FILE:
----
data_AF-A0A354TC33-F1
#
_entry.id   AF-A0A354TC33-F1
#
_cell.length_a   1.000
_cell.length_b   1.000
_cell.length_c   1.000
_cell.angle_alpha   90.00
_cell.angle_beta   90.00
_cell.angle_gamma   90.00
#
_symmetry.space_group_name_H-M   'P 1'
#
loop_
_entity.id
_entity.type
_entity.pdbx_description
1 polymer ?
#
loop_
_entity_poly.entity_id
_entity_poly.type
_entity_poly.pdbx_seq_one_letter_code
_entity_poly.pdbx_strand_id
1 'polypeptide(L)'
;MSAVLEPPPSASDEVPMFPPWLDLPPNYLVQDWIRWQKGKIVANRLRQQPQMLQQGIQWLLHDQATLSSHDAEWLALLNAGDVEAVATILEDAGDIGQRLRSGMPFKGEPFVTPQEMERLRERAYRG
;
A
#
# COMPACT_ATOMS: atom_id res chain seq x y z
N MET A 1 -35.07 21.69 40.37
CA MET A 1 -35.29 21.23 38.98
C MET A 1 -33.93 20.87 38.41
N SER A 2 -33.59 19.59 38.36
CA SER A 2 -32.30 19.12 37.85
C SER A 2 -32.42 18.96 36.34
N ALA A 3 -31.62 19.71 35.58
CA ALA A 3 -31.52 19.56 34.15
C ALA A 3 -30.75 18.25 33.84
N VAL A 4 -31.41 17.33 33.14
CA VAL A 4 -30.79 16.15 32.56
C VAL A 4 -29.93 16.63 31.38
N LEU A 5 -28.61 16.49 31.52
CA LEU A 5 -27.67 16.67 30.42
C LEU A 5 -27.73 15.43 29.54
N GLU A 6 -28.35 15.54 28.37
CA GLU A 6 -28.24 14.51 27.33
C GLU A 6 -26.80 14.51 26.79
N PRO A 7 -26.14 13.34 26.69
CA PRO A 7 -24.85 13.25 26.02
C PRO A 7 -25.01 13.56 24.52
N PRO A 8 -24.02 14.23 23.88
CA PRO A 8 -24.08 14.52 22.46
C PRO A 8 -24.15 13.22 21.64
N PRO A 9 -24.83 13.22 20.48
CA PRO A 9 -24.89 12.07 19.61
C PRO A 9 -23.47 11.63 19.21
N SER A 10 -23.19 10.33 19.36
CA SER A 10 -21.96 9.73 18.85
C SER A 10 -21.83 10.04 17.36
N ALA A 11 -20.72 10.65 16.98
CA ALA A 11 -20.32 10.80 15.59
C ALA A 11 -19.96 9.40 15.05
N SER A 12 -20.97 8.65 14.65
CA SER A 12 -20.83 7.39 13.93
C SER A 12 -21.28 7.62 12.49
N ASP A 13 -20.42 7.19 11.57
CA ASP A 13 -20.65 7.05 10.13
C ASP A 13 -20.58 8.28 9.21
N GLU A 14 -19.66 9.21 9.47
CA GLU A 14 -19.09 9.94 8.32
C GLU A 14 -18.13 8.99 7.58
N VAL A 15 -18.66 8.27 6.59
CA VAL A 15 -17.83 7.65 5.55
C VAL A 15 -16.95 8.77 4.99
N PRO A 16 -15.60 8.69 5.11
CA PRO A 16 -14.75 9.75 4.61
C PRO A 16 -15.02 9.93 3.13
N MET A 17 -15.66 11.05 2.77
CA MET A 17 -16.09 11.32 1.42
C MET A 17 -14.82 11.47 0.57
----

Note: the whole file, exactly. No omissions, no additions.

data_AF-A0A354TC33-F1
#
_entry.id   AF-A0A354TC33-F1
#
_cell.length_a   1.000
_cell.length_b   1.000
_cell.length_c   1.000
_cell.angle_alpha   90.00
_cell.angle_beta   90.00
_cell.angle_gamma   90.00
#
_symmetry.space_group_name_H-M   'P 1'
#
loop_
_entity.id
_entity.type
_entity.pdbx_description
1 polymer ?
#
loop_
_entity_poly.entity_id
_entity_poly.type
_entity_poly.pdbx_seq_one_letter_code
_entity_poly.pdbx_strand_id
1 'polypeptide(L)'
;MSAVLEPPPSASDEVPMFPPWLDLPPNYLVQDWIRWQKGKIVANRLRQQPQMLQQGIQWLLHDQATLSSHDAEWLALLNAGDVEAVATILEDAGDIGQRLRSGMPFKGEPFVTPQEMERLRERAYRG
;
A
#
# COMPACT_ATOMS: atom_id res chain seq x y z
N MET A 1 -35.07 21.69 40.37
CA MET A 1 -35.29 21.23 38.98
C MET A 1 -33.93 20.87 38.41
N SER A 2 -33.59 19.59 38.36
CA SER A 2 -32.30 19.12 37.85
C SER A 2 -32.42 18.96 36.34
N ALA A 3 -31.62 19.71 35.58
CA ALA A 3 -31.52 19.56 34.15
C ALA A 3 -30.75 18.25 33.84
N VAL A 4 -31.41 17.33 33.14
CA VAL A 4 -30.79 16.15 32.56
C VAL A 4 -29.93 16.63 31.38
N LEU A 5 -28.61 16.49 31.52
CA LEU A 5 -27.67 16.67 30.42
C LEU A 5 -27.73 15.43 29.54
N GLU A 6 -28.35 15.54 28.37
CA GLU A 6 -28.24 14.51 27.33
C GLU A 6 -26.80 14.51 26.79
N PRO A 7 -26.14 13.34 26.69
CA PRO A 7 -24.85 13.25 26.02
C PRO A 7 -25.01 13.56 24.52
N PRO A 8 -24.02 14.23 23.88
CA PRO A 8 -24.08 14.52 22.46
C PRO A 8 -24.15 13.22 21.64
N PRO A 9 -24.83 13.22 20.48
CA PRO A 9 -24.89 12.07 19.61
C PRO A 9 -23.47 11.63 19.21
N SER A 10 -23.19 10.33 19.36
CA SER A 10 -21.96 9.73 18.85
C SER A 10 -21.83 10.04 17.36
N ALA A 11 -20.72 10.65 16.98
CA ALA A 11 -20.32 10.80 15.59
C ALA A 11 -19.96 9.40 15.05
N SER A 12 -20.97 8.65 14.65
CA SER A 12 -20.83 7.39 13.93
C SER A 12 -21.28 7.62 12.49
N ASP A 13 -20.42 7.19 11.57
CA ASP A 13 -20.65 7.05 10.13
C ASP A 13 -20.58 8.28 9.21
N GLU A 14 -19.66 9.21 9.47
CA GLU A 14 -19.09 9.94 8.32
C GLU A 14 -18.13 8.99 7.58
N VAL A 15 -18.66 8.27 6.59
CA VAL A 15 -17.83 7.65 5.55
C VAL A 15 -16.95 8.77 4.99
N PRO A 16 -15.60 8.69 5.11
CA PRO A 16 -14.75 9.75 4.61
C PRO A 16 -15.02 9.93 3.13
N MET A 17 -15.66 11.05 2.77
CA MET A 17 -16.09 11.32 1.42
C MET A 17 -14.82 11.47 0.57